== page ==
Free Grammar Help—Punctuation— Semi-colons

A semicolon is used to designate a pause in a sentence; it is stronger than a comma, but weaker than a period. At one time these punctuation marks were known as "semi-periods." The two parts of the sentence separated by the semicolon must be closely related.

There are three principle uses for a semicolon:

1. To separate items in a list where the items are lengthy or include commas;

2. To fix a run-on sentence by converting it to a sentence with parallel structure;

3. To separate main clauses joined by a conjunctive adverb.

(Conjunctive adverbs include the words: however, nevertheless, moreover, therefore, consequently, hence, indeed, likewise, furthermore, namely, still and then.)

EXAMPLE:  We went to the mountains to go skiing; however, the rain washed the snow away.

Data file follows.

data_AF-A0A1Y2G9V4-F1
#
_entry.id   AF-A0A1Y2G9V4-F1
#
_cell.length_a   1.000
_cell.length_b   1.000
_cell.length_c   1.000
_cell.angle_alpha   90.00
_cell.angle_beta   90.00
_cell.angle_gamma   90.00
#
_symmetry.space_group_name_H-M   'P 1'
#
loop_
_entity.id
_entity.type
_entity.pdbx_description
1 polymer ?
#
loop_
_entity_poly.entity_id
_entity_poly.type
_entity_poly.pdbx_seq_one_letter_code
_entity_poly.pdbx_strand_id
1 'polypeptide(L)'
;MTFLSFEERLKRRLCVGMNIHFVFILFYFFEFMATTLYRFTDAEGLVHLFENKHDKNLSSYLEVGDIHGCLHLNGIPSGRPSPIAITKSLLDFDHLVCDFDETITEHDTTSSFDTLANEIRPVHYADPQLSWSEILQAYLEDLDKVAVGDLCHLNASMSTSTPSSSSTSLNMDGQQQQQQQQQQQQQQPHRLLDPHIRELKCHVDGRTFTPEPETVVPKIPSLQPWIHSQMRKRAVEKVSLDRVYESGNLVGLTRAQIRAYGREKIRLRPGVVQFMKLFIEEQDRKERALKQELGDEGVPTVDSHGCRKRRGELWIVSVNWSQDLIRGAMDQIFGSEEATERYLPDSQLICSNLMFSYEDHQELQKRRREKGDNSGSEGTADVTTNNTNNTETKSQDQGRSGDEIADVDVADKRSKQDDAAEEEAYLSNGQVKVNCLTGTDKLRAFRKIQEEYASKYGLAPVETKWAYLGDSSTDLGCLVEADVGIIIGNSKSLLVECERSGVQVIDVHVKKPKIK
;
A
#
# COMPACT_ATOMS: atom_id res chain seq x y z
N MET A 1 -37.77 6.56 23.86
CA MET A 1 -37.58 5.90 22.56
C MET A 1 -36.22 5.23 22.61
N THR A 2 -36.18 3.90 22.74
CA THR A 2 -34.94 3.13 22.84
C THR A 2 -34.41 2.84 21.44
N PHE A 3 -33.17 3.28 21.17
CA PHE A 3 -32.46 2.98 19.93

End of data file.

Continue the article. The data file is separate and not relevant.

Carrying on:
Note that when the conjunctive adverb comes within the second main clause instead of at the beginning, the clauses still must be separated by a semicolon, and the conjunctive adverb set off by commas.

EXAMPLE: Canadians spend millions of dollars for road-building; our roads, however, are still full of pot holes.

Conjunctive adverbs are different from subordinating conjunctions. A conjunctive adverb is primarily a transitional word carrying the thought from one main clause to the next. Subordinating conjunctions introduce subordinate clauses. Subordinating conjunctions include: when, although, though, since, if, because, so that, as, after in order that, while and unless. These do not take a semicolon.